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February 23, 2007

War and liberalism

I've got a new essay, "War and Liberalism," just out in The New Republic.

The main argument of the piece is that historically liberal government "has turned out to be stronger and more effective in war than its adversaries have expected, and ... more resilient under the pressures of war than liberals themselves have feared."

One of the main reasons that democracies have a better record in war than dictatorships do is that democracies rarely begin wars that they cannot win, and win quickly According to the historical pattern, the Iraq War should never have happened. Why it did and why it has gone so badly and done so much damage to America's interests are all immensely revealing about what is wrong with the conservatism of the Bush era.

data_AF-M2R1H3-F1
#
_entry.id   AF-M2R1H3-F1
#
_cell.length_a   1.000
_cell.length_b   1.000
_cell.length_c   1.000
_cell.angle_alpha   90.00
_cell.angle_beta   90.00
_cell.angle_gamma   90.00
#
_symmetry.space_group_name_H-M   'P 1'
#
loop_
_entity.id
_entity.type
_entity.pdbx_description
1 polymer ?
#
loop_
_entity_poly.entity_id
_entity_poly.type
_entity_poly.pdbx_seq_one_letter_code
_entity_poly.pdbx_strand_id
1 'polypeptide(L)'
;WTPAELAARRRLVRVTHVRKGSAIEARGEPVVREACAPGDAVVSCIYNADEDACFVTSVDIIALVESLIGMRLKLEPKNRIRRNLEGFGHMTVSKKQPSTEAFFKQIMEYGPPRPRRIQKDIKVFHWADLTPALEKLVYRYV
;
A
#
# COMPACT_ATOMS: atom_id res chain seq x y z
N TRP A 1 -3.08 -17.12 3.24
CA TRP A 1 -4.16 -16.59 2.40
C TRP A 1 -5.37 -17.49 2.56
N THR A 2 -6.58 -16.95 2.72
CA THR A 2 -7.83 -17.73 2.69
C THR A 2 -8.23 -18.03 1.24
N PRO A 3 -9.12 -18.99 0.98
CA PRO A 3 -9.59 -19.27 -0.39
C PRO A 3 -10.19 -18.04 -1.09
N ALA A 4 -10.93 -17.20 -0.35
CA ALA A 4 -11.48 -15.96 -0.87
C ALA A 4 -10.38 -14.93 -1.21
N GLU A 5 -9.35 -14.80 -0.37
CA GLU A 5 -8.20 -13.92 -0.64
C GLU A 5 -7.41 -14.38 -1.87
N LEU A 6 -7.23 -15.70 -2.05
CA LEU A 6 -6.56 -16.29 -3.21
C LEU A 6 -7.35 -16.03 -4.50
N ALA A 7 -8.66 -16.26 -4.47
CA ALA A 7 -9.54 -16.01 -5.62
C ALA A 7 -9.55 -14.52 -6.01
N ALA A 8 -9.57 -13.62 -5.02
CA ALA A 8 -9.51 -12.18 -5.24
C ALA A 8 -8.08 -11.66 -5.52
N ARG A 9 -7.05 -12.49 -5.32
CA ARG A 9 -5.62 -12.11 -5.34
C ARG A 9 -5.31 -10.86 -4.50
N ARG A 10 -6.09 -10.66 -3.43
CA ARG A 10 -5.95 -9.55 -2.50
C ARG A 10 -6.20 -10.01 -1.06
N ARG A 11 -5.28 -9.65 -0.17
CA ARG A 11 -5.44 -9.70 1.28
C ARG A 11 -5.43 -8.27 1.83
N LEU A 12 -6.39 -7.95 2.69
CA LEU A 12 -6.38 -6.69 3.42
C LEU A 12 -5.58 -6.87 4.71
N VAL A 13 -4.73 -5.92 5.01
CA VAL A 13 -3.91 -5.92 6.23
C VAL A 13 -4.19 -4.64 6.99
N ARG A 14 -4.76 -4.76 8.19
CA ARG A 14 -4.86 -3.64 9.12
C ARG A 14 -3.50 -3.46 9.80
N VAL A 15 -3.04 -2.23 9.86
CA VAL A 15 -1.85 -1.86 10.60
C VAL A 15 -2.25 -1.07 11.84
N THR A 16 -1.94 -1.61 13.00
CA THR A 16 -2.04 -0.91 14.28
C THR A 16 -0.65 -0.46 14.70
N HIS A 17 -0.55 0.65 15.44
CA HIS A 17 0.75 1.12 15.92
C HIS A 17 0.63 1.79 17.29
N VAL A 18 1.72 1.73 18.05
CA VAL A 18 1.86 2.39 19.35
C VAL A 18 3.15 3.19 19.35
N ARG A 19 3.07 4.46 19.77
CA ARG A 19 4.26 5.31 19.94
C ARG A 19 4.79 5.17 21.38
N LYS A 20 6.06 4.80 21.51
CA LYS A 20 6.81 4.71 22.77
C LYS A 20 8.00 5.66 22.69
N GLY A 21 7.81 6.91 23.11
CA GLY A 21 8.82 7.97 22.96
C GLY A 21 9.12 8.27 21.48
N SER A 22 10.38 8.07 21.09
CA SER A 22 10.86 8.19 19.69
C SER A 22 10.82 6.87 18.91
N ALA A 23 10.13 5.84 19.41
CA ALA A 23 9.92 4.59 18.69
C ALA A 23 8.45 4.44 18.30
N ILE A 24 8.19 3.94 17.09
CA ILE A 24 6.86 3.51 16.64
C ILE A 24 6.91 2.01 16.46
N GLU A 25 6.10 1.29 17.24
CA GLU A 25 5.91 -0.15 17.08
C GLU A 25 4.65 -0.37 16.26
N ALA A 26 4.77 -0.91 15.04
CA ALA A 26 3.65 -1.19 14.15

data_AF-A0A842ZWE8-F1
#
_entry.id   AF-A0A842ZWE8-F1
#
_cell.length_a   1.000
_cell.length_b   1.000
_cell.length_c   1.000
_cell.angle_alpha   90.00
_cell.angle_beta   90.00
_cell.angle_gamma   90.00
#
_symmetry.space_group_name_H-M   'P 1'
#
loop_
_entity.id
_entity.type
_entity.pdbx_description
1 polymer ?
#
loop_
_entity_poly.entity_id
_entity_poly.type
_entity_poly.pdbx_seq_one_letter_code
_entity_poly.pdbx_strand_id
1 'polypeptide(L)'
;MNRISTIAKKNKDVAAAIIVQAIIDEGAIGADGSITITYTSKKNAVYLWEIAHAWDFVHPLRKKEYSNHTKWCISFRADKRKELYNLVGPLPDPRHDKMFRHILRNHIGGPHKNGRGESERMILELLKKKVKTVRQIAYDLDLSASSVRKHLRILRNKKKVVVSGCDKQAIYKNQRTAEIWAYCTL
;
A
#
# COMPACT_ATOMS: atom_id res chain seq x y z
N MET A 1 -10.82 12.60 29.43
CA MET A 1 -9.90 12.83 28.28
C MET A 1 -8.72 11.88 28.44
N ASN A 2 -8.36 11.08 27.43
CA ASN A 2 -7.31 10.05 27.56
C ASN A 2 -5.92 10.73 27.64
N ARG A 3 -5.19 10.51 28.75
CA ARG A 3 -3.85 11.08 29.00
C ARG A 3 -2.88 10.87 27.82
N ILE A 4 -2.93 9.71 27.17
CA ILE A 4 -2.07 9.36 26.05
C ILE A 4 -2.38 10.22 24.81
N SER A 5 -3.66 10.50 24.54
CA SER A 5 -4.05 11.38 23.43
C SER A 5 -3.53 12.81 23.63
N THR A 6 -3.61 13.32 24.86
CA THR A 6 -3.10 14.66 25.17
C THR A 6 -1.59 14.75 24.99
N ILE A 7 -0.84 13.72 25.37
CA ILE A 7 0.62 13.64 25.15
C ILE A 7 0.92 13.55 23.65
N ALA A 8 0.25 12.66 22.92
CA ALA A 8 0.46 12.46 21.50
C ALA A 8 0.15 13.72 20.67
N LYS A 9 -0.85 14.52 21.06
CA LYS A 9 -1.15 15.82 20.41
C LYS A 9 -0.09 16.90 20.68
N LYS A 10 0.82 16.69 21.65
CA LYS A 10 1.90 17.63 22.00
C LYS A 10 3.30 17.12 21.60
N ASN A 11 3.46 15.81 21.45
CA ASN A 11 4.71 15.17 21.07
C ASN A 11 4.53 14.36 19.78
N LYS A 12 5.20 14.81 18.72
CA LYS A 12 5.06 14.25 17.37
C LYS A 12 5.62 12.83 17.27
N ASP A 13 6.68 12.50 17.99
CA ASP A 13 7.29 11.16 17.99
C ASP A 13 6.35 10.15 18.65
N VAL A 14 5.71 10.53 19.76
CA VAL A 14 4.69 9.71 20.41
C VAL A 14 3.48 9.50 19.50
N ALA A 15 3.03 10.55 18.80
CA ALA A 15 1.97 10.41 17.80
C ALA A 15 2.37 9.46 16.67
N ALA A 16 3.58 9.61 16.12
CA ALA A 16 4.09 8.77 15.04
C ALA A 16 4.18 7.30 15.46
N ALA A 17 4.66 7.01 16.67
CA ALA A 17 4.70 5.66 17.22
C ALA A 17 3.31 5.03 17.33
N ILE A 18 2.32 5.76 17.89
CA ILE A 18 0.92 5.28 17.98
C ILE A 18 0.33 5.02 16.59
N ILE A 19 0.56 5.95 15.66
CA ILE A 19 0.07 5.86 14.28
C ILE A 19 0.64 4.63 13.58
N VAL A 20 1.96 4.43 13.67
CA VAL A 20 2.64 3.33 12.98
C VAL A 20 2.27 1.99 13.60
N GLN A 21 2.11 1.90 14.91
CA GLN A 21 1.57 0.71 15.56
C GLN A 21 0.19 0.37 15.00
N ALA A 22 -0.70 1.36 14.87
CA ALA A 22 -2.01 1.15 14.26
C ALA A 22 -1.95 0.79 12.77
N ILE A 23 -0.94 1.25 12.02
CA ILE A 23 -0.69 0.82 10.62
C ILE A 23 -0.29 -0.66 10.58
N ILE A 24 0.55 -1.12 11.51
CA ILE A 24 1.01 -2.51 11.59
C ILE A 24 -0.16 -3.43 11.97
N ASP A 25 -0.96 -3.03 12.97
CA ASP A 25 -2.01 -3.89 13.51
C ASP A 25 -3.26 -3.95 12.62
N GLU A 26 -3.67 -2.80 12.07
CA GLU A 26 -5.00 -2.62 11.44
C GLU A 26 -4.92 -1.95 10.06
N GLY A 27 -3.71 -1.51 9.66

Here is the concluding paragraph:
There is a different way of thinking about power from the one that conservatives in the Bush era have championed, and that way of thinking grows out of the liberal tradition and historical experience. The crucial historical lesson is not that liberal principles and public debate must give way in war for the sake of national defense: constitutionally limited power has proved to be more powerful than unlimited power. Democratic partnerships at home and abroad are critical to the nation's strength. America has risen to its current position partly on the basis of these ideas, and staying true to them would be a victory in itself.

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